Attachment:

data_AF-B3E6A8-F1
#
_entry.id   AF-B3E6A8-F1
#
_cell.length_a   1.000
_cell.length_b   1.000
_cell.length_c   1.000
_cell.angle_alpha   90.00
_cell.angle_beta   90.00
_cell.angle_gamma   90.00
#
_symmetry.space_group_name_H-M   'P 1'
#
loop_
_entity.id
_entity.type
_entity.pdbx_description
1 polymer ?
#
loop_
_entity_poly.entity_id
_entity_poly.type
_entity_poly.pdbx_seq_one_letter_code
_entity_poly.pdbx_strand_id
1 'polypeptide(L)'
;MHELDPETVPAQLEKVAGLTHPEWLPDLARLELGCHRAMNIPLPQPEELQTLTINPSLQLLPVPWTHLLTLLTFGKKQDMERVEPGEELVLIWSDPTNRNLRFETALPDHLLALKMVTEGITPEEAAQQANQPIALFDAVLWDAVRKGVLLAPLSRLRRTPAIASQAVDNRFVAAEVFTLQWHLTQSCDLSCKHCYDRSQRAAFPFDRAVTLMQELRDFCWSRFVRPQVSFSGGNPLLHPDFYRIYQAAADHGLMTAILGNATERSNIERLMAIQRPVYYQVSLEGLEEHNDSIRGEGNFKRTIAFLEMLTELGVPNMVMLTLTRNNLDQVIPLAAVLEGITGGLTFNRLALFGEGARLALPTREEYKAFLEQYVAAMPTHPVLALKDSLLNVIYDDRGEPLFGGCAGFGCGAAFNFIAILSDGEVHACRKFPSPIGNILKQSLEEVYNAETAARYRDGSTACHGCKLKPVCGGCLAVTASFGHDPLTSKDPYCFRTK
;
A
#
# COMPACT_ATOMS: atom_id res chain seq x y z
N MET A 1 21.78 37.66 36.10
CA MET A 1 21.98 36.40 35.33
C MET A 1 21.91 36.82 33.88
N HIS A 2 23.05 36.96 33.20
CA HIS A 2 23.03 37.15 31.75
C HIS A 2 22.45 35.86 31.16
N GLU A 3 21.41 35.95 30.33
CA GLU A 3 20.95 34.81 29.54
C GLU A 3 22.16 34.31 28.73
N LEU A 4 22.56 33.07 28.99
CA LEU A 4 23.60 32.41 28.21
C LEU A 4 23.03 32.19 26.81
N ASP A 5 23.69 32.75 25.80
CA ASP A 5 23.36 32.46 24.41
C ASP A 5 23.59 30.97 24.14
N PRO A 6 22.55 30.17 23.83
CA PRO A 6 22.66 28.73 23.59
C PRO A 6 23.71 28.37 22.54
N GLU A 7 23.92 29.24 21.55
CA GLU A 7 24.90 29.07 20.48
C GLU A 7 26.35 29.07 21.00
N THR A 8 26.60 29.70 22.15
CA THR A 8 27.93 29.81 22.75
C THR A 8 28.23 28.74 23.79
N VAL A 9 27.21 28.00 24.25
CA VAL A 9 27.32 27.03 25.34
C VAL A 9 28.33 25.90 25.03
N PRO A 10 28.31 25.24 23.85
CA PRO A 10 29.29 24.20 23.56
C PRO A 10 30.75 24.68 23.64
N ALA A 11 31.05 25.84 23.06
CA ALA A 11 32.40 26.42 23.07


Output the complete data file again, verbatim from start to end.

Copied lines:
data_AF-B3E6A8-F1
#
_entry.id   AF-B3E6A8-F1
#
_cell.length_a   1.000
_cell.length_b   1.000
_cell.length_c   1.000
_cell.angle_alpha   90.00
_cell.angle_beta   90.00
_cell.angle_gamma   90.00
#
_symmetry.space_group_name_H-M   'P 1'
#
loop_
_entity.id
_entity.type
_entity.pdbx_description
1 polymer ?
#
loop_
_entity_poly.entity_id
_entity_poly.type
_entity_poly.pdbx_seq_one_letter_code
_entity_poly.pdbx_strand_id
1 'polypeptide(L)'
;MHELDPETVPAQLEKVAGLTHPEWLPDLARLELGCHRAMNIPLPQPEELQTLTINPSLQLLPVPWTHLLTLLTFGKKQDMERVEPGEELVLIWSDPTNRNLRFETALPDHLLALKMVTEGITPEEAAQQANQPIALFDAVLWDAVRKGVLLAPLSRLRRTPAIASQAVDNRFVAAEVFTLQWHLTQSCDLSCKHCYDRSQRAAFPFDRAVTLMQELRDFCWSRFVRPQVSFSGGNPLLHPDFYRIYQAAADHGLMTAILGNATERSNIERLMAIQRPVYYQVSLEGLEEHNDSIRGEGNFKRTIAFLEMLTELGVPNMVMLTLTRNNLDQVIPLAAVLEGITGGLTFNRLALFGEGARLALPTREEYKAFLEQYVAAMPTHPVLALKDSLLNVIYDDRGEPLFGGCAGFGCGAAFNFIAILSDGEVHACRKFPSPIGNILKQSLEEVYNAETAARYRDGSTACHGCKLKPVCGGCLAVTASFGHDPLTSKDPYCFRTK
;
A
#
# COMPACT_ATOMS: atom_id res chain seq x y z
N MET A 1 21.78 37.66 36.10
CA MET A 1 21.98 36.40 35.33
C MET A 1 21.91 36.82 33.88
N HIS A 2 23.05 36.96 33.20
CA HIS A 2 23.03 37.15 31.75
C HIS A 2 22.45 35.86 31.16
N GLU A 3 21.41 35.95 30.33
CA GLU A 3 20.95 34.81 29.54
C GLU A 3 22.16 34.31 28.73
N LEU A 4 22.56 33.07 28.99
CA LEU A 4 23.60 32.41 28.21
C LEU A 4 23.03 32.19 26.81
N ASP A 5 23.69 32.75 25.80
CA ASP A 5 23.36 32.46 24.41
C ASP A 5 23.59 30.97 24.14
N PRO A 6 22.55 30.17 23.83
CA PRO A 6 22.66 28.73 23.59
C PRO A 6 23.71 28.37 22.54
N GLU A 7 23.92 29.24 21.55
CA GLU A 7 24.90 29.07 20.48
C GLU A 7 26.35 29.07 21.00
N THR A 8 26.60 29.70 22.15
CA THR A 8 27.93 29.81 22.75
C THR A 8 28.23 28.74 23.79
N VAL A 9 27.21 28.00 24.25
CA VAL A 9 27.32 27.03 25.34
C VAL A 9 28.33 25.90 25.03
N PRO A 10 28.31 25.24 23.85
CA PRO A 10 29.29 24.20 23.56
C PRO A 10 30.75 24.68 23.64
N ALA A 11 31.05 25.84 23.06
CA ALA A 11 32.40 26.42 23.07